“It’s good to hold onto something.” It’s a simple enough phrase, given early on from one veteran Russian cosmonaut on the International Space Station to a novice American astronaut there for the first time. It’s meant literally here: The newbie would do well to hold on to her surroundings as she acclimates to the weightlessness of space. When we hear it at the end of “I.S.S.,” though, it’ll mean something entirely different.
The I.S.S. itself is meant to be an international symbol of cooperation, and “I.S.S.,” directed by Gabriela Cowperthwaite (best known for the 2013 documentary “Blackfish”) from a screenplay by Nick Shafir, leans into that camaraderie — at least at first. Stories and drinks are shared between the three Americans and the three Russians on board as they welcome American Dr. Kira Foster (Ariana DeBose, finally getting to shine in a nonmusical role for once).
But news from home — along with some very bright flashes of light — upends everything: War has broken out worldwide. We’re shown that the Americans receive a simple directive from ground control: to take control of the station, by any means necessary. The question becomes: Did the Russians receive the same message? Oh, and the station’s propulsion system is damaged, giving everyone a literal countdown until it crashes back into the planet.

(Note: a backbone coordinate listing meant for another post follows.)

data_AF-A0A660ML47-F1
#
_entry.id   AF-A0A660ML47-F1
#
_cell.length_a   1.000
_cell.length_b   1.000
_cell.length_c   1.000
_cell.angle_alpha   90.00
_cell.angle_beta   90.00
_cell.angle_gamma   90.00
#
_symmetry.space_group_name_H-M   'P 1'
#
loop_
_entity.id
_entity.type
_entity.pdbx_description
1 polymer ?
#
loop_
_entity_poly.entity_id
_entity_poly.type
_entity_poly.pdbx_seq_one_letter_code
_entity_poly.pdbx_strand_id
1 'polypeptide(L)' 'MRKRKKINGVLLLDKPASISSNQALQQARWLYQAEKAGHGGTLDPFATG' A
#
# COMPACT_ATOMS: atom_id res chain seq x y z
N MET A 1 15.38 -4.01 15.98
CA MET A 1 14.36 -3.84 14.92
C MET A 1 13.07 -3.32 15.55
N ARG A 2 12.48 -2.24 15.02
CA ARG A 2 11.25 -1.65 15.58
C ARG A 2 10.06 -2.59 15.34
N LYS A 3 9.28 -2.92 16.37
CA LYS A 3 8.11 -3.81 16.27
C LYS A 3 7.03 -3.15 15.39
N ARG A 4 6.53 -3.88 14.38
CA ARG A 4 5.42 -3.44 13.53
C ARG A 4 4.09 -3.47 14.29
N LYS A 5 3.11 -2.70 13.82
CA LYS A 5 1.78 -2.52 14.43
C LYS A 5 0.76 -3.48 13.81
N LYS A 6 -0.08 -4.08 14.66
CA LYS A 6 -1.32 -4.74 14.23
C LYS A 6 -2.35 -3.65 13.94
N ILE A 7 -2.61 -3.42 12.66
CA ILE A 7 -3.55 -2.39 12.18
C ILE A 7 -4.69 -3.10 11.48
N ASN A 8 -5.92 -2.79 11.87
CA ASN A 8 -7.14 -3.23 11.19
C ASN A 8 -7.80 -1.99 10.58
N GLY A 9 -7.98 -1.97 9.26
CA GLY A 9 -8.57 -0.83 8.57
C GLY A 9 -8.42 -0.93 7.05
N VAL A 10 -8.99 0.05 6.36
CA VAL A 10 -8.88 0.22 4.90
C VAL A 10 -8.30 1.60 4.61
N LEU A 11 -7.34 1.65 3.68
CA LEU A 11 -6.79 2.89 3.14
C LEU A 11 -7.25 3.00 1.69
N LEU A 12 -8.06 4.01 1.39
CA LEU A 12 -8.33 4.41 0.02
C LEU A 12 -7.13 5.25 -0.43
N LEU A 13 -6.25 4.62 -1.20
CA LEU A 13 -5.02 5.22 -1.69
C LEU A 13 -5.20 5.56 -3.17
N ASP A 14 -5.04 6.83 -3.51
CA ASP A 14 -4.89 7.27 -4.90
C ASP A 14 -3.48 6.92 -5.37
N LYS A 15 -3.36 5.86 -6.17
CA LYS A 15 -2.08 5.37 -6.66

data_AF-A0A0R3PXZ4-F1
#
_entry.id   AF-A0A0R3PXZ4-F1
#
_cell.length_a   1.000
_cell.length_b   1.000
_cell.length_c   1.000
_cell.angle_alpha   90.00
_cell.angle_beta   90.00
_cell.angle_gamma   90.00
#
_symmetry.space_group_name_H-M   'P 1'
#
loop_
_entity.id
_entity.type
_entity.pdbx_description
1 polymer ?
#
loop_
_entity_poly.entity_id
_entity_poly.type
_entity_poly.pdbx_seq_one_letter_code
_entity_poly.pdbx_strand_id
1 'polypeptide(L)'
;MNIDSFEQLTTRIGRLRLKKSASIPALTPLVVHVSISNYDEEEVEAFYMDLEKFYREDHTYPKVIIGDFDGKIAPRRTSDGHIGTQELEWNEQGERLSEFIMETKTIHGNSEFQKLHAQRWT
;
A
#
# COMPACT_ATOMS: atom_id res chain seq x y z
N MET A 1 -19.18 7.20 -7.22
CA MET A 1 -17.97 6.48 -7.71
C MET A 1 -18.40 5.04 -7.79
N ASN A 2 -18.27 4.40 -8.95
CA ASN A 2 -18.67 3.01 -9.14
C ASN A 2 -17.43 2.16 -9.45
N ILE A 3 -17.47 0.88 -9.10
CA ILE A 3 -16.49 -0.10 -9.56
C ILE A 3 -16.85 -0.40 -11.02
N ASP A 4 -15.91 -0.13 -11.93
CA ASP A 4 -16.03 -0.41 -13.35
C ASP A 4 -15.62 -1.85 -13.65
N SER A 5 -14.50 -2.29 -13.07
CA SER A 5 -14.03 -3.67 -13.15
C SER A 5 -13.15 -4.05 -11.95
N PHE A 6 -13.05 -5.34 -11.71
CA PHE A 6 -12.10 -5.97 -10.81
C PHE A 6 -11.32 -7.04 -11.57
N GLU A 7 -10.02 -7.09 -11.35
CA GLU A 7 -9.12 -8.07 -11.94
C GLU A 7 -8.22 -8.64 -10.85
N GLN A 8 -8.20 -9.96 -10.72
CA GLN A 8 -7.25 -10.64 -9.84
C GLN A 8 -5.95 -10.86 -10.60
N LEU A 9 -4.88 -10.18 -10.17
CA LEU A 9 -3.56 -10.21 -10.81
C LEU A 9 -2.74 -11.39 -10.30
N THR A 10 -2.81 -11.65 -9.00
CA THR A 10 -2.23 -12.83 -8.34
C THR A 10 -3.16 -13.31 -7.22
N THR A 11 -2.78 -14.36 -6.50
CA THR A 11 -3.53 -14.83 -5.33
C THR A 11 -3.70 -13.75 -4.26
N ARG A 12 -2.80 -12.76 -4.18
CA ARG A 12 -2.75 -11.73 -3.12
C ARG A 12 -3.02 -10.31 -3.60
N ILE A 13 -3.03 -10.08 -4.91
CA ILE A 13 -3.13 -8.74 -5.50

You can imagine what happens next: Paranoia sets in, loyalty is questioned, trust is broken — and then so is skin. It’s here where “I.S.S.” loses a bit of its footing: It shifts between horror and thriller seemingly at random, like it pulled from the films “Gravity” and “Life” in equal measure and then threw in a dash of space madness from “Sunshine.” It doesn’t quite jell all of the time.
But what it stumbles over thematically is more than made up for through sheer force of character from the ensemble cast, which includes Chris Messina, John Gallagher Jr., Maria Mashkova, Costa Ronin and Pilou Asbaek (the first two are the other American astronauts, the latter three the cosmonauts). While “I.S.S.” is a bit heavy-handed in its treatment of the Russians, their actors deliver nuance and believability, particularly Mashkova’s Weronika. Sympathy is easy to come by when it seems like everyone just wants to go home.
The small set, nearly always bound within the confines of the station, is claustrophobic, suffocating in a way that deliciously amps the tension. (The few scenes set outside the station offer their own sense of terror; floating in space will do that.)
That sense of dread pairs nicely with Nick Remy Matthews’ cinematography: A close-up of floating blood droplets captivates in a macabre sort of way; a knife becomes the focal point of what might be the most unnerving sandwich-making scene ever; the station’s internal camera footage adds a surprising touch of found-footage horror. (I have to say, though: I’m getting real sick of seeing lens flares in sci-fi movies.)
“It’s good to hold onto something.” That phrase, given as helpful advice in the film’s intro, is repeated as “I.S.S.” comes to its dramatic and confusing close. (I honestly couldn’t tell you how it all ends.) What it means now has become more metaphorical: not hand railings but rather faith, trust, hate, anger — anything to help you not float away in the dark abyss. “I.S.S.” may be a bit untethered, unsure of what it wants to be and what it wants to say, but it’s worth the voyage regardless.
Baez writes for The Seattle Times.